After the gloom and chill of winter, the first sunny day of spring is often the same in many parts of Canada. Even if it's cold outside, we tend to head straight for a patio. And if that patio happens to be our own, this is generally the time when visions of sleek, chic outdoor furniture start dancing in our heads. There is plenty of it to go around these days.
"Outdoor furniture is getting the same thought and treatment as indoor furniture," says buyer Mark Linklater of Living Space, a luxury-furniture store in Vancouver. "The development of materials has been incredible in terms of cushion fillings, weather resistance and [overall]durability."
Once limited to white metal umbrella tables and simple folding lawn chairs, outdoor designs are no longer afterthoughts and are constantly evolving. At the top end of the market, manufacturers continually research new materials, while award-winning designers such as Philippe Starck and Nicolas Thomkins are enlisted to create full ultra-stylish collections.
"We're now seeing a trend toward modular seating and chic low tables," says Jennifer Morris, communications co-ordinator at Jardin de Ville, an outdoor-furniture store in Montreal. "It's a very contemporary look."
The industry shakeup owes much, most agree, to Dedon, the Louis Vuitton of outdoor furniture. Over the past several years, the German-based company has revolutionized the market through its innovative designs and use of cutting-edge woven synthetic fibres.
Since arriving on the Canadian scene, it has also been pleasantly surprised by its reception here, says David Beaton, who owns studio b in Toronto and recently opened his firm's first-ever pop-up store at a busy uptown intersection to showcase Dedon and other lines.
"Given our short summer season, they can't believe how much we sell here in Canada, but we're unique that way. When we finally get summer, we're out there," he says, referring to that aforementioned rush to embrace the season.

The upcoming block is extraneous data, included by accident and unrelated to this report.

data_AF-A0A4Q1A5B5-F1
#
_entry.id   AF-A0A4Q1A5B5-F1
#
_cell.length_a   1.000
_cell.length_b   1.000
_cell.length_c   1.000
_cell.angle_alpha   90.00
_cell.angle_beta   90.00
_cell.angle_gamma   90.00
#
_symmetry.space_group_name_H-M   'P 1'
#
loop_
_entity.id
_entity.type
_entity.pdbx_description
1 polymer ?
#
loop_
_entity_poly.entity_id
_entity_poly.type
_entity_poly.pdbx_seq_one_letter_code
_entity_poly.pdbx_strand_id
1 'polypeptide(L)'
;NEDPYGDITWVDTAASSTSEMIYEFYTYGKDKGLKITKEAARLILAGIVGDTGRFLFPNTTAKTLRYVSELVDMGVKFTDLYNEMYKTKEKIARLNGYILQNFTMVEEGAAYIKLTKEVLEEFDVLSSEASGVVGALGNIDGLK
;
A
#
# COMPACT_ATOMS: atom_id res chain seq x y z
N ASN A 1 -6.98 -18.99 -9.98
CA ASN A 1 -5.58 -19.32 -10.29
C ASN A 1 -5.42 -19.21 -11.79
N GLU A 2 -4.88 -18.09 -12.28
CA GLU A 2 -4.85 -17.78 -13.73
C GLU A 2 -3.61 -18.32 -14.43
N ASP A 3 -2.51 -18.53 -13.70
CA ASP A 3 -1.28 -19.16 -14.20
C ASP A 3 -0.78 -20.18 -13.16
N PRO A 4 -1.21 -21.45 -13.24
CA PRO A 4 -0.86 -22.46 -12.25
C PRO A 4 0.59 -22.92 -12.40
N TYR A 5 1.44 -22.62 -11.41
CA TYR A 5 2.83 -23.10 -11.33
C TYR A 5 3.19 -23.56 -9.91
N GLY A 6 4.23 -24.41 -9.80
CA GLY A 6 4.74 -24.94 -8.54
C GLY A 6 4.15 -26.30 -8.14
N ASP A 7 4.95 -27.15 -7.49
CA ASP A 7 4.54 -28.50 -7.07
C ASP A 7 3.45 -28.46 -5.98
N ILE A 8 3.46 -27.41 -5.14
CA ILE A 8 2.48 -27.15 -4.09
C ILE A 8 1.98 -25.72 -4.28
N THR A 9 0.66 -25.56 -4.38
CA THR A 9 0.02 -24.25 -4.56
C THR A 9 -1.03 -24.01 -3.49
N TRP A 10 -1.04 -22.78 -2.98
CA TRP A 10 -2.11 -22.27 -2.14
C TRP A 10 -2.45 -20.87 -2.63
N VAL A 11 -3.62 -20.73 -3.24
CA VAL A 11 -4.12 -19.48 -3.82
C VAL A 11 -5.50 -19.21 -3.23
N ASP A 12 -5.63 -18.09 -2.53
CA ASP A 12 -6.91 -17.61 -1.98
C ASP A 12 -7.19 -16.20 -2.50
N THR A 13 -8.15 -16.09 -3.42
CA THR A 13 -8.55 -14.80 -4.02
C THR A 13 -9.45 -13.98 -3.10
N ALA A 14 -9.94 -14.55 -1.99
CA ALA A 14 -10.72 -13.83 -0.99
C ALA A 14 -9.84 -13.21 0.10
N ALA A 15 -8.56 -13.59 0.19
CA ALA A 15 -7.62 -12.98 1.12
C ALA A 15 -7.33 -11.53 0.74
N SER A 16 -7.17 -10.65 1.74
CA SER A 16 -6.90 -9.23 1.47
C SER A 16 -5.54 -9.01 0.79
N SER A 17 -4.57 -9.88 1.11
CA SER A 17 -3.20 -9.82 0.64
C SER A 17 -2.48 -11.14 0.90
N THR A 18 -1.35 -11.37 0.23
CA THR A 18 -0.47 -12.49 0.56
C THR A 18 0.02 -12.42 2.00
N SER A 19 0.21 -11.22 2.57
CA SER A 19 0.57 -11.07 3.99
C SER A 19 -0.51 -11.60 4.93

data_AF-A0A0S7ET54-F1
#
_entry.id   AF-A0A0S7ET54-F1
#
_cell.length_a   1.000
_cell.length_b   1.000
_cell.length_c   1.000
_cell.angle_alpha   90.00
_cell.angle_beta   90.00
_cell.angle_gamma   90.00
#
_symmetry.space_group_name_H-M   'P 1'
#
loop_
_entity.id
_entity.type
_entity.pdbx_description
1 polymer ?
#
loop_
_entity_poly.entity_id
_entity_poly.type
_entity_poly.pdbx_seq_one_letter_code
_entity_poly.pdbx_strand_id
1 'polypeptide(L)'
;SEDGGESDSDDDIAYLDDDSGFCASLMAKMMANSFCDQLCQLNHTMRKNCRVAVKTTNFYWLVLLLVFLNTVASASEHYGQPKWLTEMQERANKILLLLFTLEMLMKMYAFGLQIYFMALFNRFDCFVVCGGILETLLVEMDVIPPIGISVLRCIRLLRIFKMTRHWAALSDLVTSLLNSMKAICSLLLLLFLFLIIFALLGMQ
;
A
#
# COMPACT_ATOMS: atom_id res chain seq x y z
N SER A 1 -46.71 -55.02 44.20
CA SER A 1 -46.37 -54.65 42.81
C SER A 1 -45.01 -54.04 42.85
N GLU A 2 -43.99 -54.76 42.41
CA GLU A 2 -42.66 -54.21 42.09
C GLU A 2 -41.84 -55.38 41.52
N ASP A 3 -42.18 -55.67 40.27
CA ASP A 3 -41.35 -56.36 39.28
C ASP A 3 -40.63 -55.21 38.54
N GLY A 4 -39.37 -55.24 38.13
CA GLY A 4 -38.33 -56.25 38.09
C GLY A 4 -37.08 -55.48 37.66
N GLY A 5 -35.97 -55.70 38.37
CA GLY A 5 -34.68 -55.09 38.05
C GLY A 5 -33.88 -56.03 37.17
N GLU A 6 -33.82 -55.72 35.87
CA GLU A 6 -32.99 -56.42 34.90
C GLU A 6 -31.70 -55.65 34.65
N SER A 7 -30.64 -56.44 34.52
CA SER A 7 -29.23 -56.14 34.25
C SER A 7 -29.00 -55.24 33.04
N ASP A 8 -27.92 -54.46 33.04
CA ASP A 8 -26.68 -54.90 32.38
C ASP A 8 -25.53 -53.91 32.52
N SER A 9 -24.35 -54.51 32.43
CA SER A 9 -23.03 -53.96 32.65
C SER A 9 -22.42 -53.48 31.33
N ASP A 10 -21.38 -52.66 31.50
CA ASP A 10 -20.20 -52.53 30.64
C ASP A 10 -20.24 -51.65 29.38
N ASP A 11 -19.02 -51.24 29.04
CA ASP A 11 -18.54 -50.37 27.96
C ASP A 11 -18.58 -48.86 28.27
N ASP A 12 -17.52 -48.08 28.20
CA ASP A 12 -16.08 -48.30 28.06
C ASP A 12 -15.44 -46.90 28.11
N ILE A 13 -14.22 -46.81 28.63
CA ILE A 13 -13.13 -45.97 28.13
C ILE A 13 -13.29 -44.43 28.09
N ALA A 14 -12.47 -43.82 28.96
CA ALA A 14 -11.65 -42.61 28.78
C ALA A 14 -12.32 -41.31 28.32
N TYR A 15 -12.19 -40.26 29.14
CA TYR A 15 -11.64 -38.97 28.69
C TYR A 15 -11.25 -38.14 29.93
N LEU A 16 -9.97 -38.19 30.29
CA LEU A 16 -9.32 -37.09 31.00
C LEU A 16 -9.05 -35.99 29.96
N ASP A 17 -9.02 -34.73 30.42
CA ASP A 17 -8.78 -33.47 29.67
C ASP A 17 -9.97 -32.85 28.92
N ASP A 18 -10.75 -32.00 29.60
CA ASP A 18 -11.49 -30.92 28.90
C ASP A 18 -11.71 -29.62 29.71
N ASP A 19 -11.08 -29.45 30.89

If the striking turnaround in the look and quality of outdoor furniture has sharpened consumers' appetite over these past few tough years, however, it has also come at a time when any type of significant purchase is likely to be related to home or garden.
"People want to create an outdoor refuge at home," says Robin Siegerman, a Toronto designer. "Even before the recession, many people who had them gave up their cottages and second homes. Gas is expensive and they don't want to commute two hours in bumper-to-bumper traffic every Friday. It's an appealing notion to create an oasis in your backyard."
Currently, European imports such as Dedon, Roda, Gandia Blasco, Vitra, Extremis, Tribu and Paola Lenti dominate the luxury market. American companies such as Brown Jordan and Richard Schultz are also highly popular. Buying an outdoor sofa from one of these big names will set you back about $10,000 and the price only goes up from there.
As with fashion, however, many of the ideas and designs of these higher-end outfits have trickled down to mass-market suppliers and lines, even if the weaves may not be as tight and the detailing doesn't compare.
"People quibble about the price, but the knockoffs are cheaper for a reason," Beaton says. "They'll make the back of the [less expensive]chair straight across because it's easier, but it won't be as comfortable."
The retailer should know, as he regularly outfits his own cottage property in Ontario's Muskoka region with pieces from his showroom. He has even been known to sell the furniture to admiring passersby right off his dock, suggesting two things.
One is that, as Beaton says, "it looks that good."
The other is that some people haven't given up those second homes and are still commuting to their rustic retreats in the woods.
Only now, it seems, they're bringing better furniture with them.
Special to The Globe and Mail